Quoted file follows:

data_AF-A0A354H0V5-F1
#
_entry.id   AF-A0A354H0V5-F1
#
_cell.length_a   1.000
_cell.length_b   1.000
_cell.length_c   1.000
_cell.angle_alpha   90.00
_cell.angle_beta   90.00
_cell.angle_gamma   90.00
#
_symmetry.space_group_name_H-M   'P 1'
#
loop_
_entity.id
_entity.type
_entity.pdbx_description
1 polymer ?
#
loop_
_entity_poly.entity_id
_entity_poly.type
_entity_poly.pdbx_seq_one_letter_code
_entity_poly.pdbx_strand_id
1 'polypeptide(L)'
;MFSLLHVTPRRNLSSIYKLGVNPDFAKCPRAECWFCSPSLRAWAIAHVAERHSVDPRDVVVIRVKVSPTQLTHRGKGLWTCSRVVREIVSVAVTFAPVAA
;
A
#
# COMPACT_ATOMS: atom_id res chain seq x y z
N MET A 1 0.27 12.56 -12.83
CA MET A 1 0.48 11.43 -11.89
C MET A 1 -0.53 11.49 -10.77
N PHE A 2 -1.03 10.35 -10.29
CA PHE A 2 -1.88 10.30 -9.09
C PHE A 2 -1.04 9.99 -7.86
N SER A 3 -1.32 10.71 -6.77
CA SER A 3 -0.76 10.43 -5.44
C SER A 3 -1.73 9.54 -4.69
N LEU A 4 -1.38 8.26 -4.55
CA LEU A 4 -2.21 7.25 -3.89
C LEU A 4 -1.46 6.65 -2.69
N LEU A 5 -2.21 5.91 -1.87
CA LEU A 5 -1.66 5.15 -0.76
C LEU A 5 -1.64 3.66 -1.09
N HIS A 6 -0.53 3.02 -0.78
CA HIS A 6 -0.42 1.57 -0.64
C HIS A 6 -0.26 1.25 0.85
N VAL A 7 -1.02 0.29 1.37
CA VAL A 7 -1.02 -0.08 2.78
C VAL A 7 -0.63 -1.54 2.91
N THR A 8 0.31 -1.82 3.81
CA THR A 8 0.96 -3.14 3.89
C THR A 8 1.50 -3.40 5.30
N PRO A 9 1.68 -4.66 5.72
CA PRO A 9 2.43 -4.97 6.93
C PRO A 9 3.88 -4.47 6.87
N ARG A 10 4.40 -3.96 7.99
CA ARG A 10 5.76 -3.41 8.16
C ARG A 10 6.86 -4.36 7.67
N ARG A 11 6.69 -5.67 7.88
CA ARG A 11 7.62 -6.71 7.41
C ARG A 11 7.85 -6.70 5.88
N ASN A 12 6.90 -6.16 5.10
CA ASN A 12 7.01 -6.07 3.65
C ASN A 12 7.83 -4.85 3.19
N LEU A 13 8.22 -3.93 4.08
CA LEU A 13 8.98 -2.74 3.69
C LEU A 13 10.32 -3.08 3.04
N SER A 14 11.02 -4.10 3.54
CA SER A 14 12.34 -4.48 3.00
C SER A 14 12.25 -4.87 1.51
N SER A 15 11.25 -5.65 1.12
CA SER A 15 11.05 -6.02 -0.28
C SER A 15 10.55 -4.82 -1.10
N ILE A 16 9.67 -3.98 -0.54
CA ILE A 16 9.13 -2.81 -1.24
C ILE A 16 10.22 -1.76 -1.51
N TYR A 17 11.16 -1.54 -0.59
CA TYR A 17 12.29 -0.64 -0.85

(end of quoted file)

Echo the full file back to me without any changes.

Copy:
data_AF-A0A354H0V5-F1
#
_entry.id   AF-A0A354H0V5-F1
#
_cell.length_a   1.000
_cell.length_b   1.000
_cell.length_c   1.000
_cell.angle_alpha   90.00
_cell.angle_beta   90.00
_cell.angle_gamma   90.00
#
_symmetry.space_group_name_H-M   'P 1'
#
loop_
_entity.id
_entity.type
_entity.pdbx_description
1 polymer ?
#
loop_
_entity_poly.entity_id
_entity_poly.type
_entity_poly.pdbx_seq_one_letter_code
_entity_poly.pdbx_strand_id
1 'polypeptide(L)'
;MFSLLHVTPRRNLSSIYKLGVNPDFAKCPRAECWFCSPSLRAWAIAHVAERHSVDPRDVVVIRVKVSPTQLTHRGKGLWTCSRVVREIVSVAVTFAPVAA
;
A
#
# COMPACT_ATOMS: atom_id res chain seq x y z
N MET A 1 0.27 12.56 -12.83
CA MET A 1 0.48 11.43 -11.89
C MET A 1 -0.53 11.49 -10.77
N PHE A 2 -1.03 10.35 -10.29
CA PHE A 2 -1.88 10.30 -9.09
C PHE A 2 -1.04 9.99 -7.86
N SER A 3 -1.32 10.71 -6.77
CA SER A 3 -0.76 10.43 -5.44
C SER A 3 -1.73 9.54 -4.69
N LEU A 4 -1.38 8.26 -4.55
CA LEU A 4 -2.21 7.25 -3.89
C LEU A 4 -1.46 6.65 -2.69
N LEU A 5 -2.21 5.91 -1.87
CA LEU A 5 -1.66 5.15 -0.76
C LEU A 5 -1.64 3.66 -1.09
N HIS A 6 -0.53 3.02 -0.78
CA HIS A 6 -0.42 1.57 -0.64
C HIS A 6 -0.26 1.25 0.85
N VAL A 7 -1.02 0.29 1.37
CA VAL A 7 -1.02 -0.08 2.78
C VAL A 7 -0.63 -1.54 2.91
N THR A 8 0.31 -1.82 3.81
CA THR A 8 0.96 -3.14 3.89
C THR A 8 1.50 -3.40 5.30
N PRO A 9 1.68 -4.66 5.72
CA PRO A 9 2.43 -4.97 6.93
C PRO A 9 3.88 -4.47 6.87
N ARG A 10 4.40 -3.96 7.99
CA ARG A 10 5.76 -3.41 8.16
C ARG A 10 6.86 -4.36 7.67
N ARG A 11 6.69 -5.67 7.88
CA ARG A 11 7.62 -6.71 7.41
C ARG A 11 7.85 -6.70 5.88
N ASN A 12 6.90 -6.16 5.10
CA ASN A 12 7.01 -6.07 3.65
C ASN A 12 7.83 -4.85 3.19
N LEU A 13 8.22 -3.93 4.08
CA LEU A 13 8.98 -2.74 3.69
C LEU A 13 10.32 -3.08 3.04
N SER A 14 11.02 -4.10 3.54
CA SER A 14 12.34 -4.48 3.00
C SER A 14 12.25 -4.87 1.51
N SER A 15 11.25 -5.65 1.12
CA SER A 15 11.05 -6.02 -0.28
C SER A 15 10.55 -4.82 -1.10
N ILE A 16 9.67 -3.98 -0.54
CA ILE A 16 9.13 -2.81 -1.24
C ILE A 16 10.22 -1.76 -1.51
N TYR A 17 11.16 -1.54 -0.59
CA TYR A 17 12.29 -0.64 -0.85